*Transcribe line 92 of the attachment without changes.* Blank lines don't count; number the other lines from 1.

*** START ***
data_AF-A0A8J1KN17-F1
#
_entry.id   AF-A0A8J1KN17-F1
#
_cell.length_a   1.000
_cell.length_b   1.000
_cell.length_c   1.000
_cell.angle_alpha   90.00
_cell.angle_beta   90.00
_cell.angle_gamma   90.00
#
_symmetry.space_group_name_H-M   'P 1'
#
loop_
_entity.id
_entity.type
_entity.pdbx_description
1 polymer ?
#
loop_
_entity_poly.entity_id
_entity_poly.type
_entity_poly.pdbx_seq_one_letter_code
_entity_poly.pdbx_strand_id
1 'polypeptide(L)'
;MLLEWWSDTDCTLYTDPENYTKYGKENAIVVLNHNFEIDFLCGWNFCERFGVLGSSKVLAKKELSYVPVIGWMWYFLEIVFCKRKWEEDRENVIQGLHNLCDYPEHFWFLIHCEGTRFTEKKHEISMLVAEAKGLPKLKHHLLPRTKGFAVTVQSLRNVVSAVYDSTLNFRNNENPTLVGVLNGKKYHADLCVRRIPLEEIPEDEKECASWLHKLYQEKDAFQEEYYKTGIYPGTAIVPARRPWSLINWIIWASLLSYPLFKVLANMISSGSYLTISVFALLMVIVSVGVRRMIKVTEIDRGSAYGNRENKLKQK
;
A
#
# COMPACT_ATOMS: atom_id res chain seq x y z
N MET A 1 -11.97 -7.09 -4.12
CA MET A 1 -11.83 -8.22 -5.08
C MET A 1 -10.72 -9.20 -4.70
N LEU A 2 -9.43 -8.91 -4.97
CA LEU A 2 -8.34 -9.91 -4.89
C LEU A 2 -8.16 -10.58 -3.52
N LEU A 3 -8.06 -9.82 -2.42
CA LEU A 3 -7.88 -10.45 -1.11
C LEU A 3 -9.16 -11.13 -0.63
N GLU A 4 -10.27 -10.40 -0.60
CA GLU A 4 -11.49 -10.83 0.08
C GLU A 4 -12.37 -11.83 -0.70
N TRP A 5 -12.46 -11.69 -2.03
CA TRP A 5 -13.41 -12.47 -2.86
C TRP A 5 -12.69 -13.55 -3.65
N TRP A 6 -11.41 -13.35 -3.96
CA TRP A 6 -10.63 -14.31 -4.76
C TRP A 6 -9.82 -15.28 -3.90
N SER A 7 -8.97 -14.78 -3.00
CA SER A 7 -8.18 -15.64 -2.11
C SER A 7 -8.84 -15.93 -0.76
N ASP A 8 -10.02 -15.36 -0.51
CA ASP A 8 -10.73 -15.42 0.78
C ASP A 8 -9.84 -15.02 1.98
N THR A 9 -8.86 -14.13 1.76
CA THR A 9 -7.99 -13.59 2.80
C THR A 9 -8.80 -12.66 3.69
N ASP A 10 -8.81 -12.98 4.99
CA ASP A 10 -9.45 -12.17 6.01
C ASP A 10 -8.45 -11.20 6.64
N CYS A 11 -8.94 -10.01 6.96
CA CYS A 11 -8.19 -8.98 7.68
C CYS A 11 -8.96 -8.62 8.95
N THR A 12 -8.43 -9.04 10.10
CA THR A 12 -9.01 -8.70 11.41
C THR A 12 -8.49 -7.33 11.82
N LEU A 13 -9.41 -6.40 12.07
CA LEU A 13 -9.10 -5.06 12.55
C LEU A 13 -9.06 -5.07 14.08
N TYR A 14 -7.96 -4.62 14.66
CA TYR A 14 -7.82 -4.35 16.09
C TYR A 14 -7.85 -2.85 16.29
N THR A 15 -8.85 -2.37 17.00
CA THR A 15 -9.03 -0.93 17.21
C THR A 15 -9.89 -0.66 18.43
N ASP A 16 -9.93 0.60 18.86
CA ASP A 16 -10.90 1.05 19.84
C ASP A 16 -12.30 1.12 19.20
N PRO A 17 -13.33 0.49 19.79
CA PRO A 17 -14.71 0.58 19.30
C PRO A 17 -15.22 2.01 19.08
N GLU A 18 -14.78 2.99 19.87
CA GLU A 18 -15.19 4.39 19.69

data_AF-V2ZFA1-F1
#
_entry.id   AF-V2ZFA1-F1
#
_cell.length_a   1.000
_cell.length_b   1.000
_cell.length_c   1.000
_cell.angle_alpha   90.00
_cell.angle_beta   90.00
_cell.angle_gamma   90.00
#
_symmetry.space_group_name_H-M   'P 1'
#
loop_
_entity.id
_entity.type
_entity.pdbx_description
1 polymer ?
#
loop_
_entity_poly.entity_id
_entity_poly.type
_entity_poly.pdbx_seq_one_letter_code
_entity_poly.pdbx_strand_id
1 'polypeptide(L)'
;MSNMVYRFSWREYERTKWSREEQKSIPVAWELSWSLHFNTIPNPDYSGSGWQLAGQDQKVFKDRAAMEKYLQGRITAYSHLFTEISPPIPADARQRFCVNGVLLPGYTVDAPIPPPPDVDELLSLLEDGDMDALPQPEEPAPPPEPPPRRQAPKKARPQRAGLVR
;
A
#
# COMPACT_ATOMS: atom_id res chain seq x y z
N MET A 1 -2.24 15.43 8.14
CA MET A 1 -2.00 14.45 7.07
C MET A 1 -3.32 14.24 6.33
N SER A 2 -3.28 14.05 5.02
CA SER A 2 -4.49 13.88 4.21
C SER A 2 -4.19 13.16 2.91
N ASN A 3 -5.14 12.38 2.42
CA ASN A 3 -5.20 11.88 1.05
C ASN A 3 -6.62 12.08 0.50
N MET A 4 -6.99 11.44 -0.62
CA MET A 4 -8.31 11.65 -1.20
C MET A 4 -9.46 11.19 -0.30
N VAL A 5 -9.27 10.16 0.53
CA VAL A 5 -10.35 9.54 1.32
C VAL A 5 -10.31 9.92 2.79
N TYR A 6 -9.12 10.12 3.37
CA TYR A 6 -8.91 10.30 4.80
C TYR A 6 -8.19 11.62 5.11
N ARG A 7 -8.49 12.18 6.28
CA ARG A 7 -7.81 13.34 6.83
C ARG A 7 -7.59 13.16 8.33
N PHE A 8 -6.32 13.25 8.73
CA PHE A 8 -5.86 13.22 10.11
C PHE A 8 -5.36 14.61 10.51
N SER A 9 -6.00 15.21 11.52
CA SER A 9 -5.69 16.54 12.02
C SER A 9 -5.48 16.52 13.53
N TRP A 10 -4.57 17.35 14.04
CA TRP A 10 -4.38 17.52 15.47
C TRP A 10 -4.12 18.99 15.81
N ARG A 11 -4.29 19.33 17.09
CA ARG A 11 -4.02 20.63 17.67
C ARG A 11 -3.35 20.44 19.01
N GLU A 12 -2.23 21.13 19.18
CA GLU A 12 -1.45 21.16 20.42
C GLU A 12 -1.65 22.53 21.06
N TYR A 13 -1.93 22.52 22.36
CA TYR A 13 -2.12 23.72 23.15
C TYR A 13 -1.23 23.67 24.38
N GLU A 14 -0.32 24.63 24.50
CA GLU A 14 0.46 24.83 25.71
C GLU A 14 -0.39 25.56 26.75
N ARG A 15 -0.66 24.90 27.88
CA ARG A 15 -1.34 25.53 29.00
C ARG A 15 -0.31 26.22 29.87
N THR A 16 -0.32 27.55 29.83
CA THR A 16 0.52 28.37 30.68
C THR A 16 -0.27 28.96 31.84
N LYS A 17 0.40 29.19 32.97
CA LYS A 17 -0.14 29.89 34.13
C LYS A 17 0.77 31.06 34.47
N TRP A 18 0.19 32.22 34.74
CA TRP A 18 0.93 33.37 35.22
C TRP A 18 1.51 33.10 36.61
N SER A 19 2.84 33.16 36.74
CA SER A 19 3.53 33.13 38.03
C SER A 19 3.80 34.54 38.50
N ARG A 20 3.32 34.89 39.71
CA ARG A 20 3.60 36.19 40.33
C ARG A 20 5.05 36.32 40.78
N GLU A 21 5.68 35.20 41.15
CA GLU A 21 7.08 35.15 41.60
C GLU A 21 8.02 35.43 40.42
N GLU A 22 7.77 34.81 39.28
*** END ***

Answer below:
_cell.angle_beta   90.00